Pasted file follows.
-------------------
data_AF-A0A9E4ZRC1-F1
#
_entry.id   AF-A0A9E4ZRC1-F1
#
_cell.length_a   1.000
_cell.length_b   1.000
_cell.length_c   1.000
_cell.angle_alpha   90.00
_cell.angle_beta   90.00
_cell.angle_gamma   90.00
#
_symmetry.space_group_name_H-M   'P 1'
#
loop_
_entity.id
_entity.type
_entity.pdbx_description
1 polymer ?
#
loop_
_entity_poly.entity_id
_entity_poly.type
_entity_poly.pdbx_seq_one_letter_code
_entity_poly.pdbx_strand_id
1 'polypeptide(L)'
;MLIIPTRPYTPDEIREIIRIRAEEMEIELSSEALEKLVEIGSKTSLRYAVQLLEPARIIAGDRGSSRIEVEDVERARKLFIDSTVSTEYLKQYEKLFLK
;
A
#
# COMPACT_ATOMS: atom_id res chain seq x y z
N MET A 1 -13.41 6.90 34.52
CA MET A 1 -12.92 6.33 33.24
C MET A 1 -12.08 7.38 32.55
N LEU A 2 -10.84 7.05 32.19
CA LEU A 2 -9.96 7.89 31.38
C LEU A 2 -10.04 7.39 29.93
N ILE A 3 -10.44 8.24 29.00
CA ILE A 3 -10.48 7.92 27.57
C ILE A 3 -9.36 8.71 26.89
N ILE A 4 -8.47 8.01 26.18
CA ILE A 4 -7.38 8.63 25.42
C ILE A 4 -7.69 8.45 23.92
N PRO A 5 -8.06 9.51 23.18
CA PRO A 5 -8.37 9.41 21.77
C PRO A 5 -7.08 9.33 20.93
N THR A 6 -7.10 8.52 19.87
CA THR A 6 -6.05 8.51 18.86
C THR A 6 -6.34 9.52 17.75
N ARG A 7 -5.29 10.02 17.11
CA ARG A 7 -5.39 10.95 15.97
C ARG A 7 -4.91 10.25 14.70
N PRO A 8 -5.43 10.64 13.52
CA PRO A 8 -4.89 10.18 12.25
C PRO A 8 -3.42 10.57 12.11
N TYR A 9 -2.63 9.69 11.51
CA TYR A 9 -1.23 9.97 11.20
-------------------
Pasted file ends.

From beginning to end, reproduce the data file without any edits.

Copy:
data_AF-A0A9E4ZRC1-F1
#
_entry.id   AF-A0A9E4ZRC1-F1
#
_cell.length_a   1.000
_cell.length_b   1.000
_cell.length_c   1.000
_cell.angle_alpha   90.00
_cell.angle_beta   90.00
_cell.angle_gamma   90.00
#
_symmetry.space_group_name_H-M   'P 1'
#
loop_
_entity.id
_entity.type
_entity.pdbx_description
1 polymer ?
#
loop_
_entity_poly.entity_id
_entity_poly.type
_entity_poly.pdbx_seq_one_letter_code
_entity_poly.pdbx_strand_id
1 'polypeptide(L)'
;MLIIPTRPYTPDEIREIIRIRAEEMEIELSSEALEKLVEIGSKTSLRYAVQLLEPARIIAGDRGSSRIEVEDVERARKLFIDSTVSTEYLKQYEKLFLK
;
A
#
# COMPACT_ATOMS: atom_id res chain seq x y z
N MET A 1 -13.41 6.90 34.52
CA MET A 1 -12.92 6.33 33.24
C MET A 1 -12.08 7.38 32.55
N LEU A 2 -10.84 7.05 32.19
CA LEU A 2 -9.96 7.89 31.38
C LEU A 2 -10.04 7.39 29.93
N ILE A 3 -10.44 8.24 29.00
CA ILE A 3 -10.48 7.92 27.57
C ILE A 3 -9.36 8.71 26.89
N ILE A 4 -8.47 8.01 26.18
CA ILE A 4 -7.38 8.63 25.42
C ILE A 4 -7.69 8.45 23.92
N PRO A 5 -8.06 9.51 23.18
CA PRO A 5 -8.37 9.41 21.77
C PRO A 5 -7.08 9.33 20.93
N THR A 6 -7.10 8.52 19.87
CA THR A 6 -6.05 8.51 18.86
C THR A 6 -6.34 9.52 17.75
N ARG A 7 -5.29 10.02 17.11
CA ARG A 7 -5.39 10.95 15.97
C ARG A 7 -4.91 10.25 14.70
N PRO A 8 -5.43 10.64 13.52
CA PRO A 8 -4.89 10.18 12.25
C PRO A 8 -3.42 10.57 12.11
N TYR A 9 -2.63 9.69 11.51
CA TYR A 9 -1.23 9.97 11.20